Manuel Pellegrini could leave Manchester City this summer as the club’s most successful manager. A Premier League title and one other trophy would see him overtake Joe Mercer and become the most decorated boss the Blues have ever had. Given the strength of his squad, it’s far from an unrealistic target. Greatness is within reach.
Fundamental flaws threaten his chances, though. His side are far too easy to play against. His current centre-back pairing of Nicolas Otamendi and Martin Demichelis are incapable of consistency. Vincent Kompany, who would tighten things up at the back instantly, has a problem with his calves and cannot be relied upon. The Yaya Toure conundrum rumbles on. The less said about Aleksandar Kolarov the better.
His side now sit third and could drop to fourth if Arsenal beat Bournemouth on Sunday. They’re six points off leaders Leicester and have lost six league games already this term. In a 38-game Premier League season, that's the most any side has lost and still gone on to win the title.
They haven't won back-to-back league games in well over three months, since victories over Newcastle United and Bournemouth in October. They haven't beaten a side in the top six of the division all season.
Remarkably, despite all of that, they do have a chance of reclaiming the title. The Premier League has been so unpredictable, defined by its reducing inequality, that a lower points total than usual will be needed to finish top.
But whether City can capitalise on the shifting Premier League landscape is in serious doubt. They weren't just beaten by Leicester City on Saturday—they were hammered, battered into submission by a side who appeared far better prepared for a title race. Claudio Ranieri's players were quicker to the ball, tactically smarter and more intelligent in possession. The scoreline flattered City, make no mistake.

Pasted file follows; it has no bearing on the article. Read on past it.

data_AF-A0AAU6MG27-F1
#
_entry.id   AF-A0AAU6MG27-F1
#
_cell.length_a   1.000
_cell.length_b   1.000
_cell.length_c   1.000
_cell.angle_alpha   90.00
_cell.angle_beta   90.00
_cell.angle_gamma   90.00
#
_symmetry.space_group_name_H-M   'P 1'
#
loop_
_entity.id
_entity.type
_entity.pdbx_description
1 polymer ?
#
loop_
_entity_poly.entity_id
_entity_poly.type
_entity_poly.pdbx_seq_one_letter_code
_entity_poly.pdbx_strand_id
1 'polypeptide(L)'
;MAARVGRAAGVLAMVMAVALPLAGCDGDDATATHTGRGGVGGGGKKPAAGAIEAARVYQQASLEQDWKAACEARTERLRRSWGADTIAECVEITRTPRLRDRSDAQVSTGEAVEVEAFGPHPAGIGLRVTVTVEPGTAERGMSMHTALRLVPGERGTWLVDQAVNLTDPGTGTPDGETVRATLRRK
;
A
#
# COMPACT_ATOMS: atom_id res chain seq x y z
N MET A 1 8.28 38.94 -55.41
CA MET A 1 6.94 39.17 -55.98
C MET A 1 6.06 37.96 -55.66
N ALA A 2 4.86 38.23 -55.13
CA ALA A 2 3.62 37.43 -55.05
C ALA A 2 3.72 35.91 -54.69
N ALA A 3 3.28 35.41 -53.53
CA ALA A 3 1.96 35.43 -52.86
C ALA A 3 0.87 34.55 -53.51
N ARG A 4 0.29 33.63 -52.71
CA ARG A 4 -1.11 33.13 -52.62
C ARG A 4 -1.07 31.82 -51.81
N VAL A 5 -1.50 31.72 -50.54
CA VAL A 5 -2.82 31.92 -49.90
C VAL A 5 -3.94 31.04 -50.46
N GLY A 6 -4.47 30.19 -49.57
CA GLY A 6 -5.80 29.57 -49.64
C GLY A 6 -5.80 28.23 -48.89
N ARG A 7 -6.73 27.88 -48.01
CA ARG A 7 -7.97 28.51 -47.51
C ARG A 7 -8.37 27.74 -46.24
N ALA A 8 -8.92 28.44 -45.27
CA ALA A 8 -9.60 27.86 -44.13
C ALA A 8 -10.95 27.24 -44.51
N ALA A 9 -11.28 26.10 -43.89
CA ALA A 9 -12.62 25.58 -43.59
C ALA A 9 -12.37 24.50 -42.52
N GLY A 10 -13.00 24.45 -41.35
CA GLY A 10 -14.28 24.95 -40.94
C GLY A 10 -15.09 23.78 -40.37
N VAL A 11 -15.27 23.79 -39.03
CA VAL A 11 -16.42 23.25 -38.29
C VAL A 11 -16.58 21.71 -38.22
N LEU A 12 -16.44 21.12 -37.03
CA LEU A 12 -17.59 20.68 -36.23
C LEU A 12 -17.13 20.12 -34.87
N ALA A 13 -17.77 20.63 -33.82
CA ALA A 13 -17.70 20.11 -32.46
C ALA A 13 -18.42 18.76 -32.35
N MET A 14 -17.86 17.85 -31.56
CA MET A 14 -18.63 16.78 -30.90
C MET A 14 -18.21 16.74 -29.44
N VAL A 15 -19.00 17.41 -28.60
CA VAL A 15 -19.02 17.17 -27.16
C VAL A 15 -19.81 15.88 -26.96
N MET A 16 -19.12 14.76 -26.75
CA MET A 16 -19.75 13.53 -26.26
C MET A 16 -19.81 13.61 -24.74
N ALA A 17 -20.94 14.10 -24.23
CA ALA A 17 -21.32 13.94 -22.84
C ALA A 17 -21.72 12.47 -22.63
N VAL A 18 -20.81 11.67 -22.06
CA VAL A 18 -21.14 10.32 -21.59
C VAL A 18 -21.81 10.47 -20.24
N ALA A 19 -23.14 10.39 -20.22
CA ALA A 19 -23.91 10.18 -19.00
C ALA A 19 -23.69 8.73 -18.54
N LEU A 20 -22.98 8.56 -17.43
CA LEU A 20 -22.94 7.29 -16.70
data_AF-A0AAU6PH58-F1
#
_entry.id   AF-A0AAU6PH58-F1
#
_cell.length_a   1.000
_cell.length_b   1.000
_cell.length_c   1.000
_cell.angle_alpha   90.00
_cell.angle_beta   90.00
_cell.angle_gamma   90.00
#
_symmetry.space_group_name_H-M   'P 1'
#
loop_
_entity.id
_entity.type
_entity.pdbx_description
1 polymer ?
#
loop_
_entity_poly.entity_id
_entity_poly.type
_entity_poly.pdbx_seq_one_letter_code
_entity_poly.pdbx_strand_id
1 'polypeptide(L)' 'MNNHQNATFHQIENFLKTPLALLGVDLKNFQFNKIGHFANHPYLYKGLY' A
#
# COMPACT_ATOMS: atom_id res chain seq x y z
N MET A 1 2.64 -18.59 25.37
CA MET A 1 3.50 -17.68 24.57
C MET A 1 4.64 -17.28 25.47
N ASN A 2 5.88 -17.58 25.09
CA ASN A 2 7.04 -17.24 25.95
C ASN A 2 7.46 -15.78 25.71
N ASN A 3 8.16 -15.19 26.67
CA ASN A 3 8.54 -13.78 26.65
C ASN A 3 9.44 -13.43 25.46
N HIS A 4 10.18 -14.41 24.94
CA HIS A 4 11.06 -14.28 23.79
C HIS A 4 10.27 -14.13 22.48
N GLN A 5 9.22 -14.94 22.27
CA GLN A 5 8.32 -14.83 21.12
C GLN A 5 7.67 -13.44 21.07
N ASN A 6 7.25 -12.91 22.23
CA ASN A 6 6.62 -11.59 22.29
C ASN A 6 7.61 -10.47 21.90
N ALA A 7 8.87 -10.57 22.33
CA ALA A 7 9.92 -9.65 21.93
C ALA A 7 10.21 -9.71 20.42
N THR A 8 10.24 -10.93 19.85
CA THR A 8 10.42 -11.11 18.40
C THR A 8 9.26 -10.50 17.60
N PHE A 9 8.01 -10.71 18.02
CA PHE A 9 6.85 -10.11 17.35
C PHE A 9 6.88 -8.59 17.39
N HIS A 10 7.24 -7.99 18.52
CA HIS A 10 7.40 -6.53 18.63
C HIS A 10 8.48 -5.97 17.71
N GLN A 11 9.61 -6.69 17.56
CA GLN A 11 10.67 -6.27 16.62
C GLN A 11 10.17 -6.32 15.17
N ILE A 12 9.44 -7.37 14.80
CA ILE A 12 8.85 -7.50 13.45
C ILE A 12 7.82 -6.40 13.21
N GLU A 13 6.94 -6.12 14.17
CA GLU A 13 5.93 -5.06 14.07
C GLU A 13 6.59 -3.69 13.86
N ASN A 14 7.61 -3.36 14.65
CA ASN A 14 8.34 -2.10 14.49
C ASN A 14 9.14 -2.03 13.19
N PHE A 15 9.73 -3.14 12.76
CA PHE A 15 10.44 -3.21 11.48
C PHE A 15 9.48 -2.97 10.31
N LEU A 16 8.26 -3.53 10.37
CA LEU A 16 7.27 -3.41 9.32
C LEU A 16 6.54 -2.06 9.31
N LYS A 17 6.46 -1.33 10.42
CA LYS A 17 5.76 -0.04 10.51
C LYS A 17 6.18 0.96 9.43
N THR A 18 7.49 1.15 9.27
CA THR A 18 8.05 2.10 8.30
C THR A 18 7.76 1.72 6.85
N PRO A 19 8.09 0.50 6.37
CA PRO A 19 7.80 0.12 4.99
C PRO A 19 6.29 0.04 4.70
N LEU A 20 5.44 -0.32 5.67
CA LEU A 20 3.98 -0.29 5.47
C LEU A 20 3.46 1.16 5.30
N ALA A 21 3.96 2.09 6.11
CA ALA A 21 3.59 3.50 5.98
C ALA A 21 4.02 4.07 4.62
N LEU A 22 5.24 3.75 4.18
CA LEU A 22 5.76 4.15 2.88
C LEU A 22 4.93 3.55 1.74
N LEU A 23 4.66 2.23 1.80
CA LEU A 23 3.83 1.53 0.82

Continue playing like that and City will have to face the prospect of ending a second consecutive season empty-handed, a situation unthinkable in 2014 when they won a league-and-cup double for the first time in the club's history.
Their defending was laughable. Otamendi continues to veer from moments of excellence to long periods of insanity. When his aggressive, on-the-front-foot defending works, it's wonderful, but far too often his lunacy is hurting his side.
He is continually out of position, running aimlessly into midfield, desperate to be the hero. While he's there, he can't help but slide in, selling himself too easily and leaving gaps in behind.
Demichelis, 35, is creaking, particularly when playing the amount of games he is at the moment. It wasn't part of the plan for him to be playing twice a week. He nearly went back home in the summer to begin semi-retirement, according to Stuart Brennan of the Manchester Evening News. He looked semi-retired as Robert Huth scored two from Leicester set pieces while he watched on, incapable of stopping him.
Together, Otamendi and Demichelis looked lost—no better than they did at White Hart Lane back in September when they were ripped apart by Tottenham Hotspur, who are now serious title candidates.
City lack pragmatism, those players who operate in the less glamorous positions but who take pride in their work and understand the intricacies of the game. They're an ensemble that, at the moment, are bereft of cohesion and some vital elements.
Afterwards, Pellegrini, who sounded despondent, tried to muster some positivity.
“Football things change from one week to another," he said.
“We are not in our best moment, we just have 14 players fit and we have played a lot of games.
“We continue to be involved in all the competitions and it is very important to recover from this."
The spectre of Pep Guardiola looms large, and the comparisons have now increased. Guardiola is known as a meticulous planner, so would that result have happened to one of his sides? Would City be walking the league if he was in charge? There were even some idiots wearing Guardiola scarves in the stands on Saturday.
It's unhelpful. City, despite their obvious failings, do remain in the hunt for silverware, but there needs to be a serious inquest into what went wrong in this match. Improvements on the training field and the return of Kompany are desperately needed if they are to achieve anything close to what they expected when the season began.
Rob Pollard is Bleacher Report's lead Manchester City correspondent and will be following the club from a Manchester base throughout the 2015/16 season. All quotes were obtained firsthand unless otherwise noted. Follow him on Twitter @RobPollard_.
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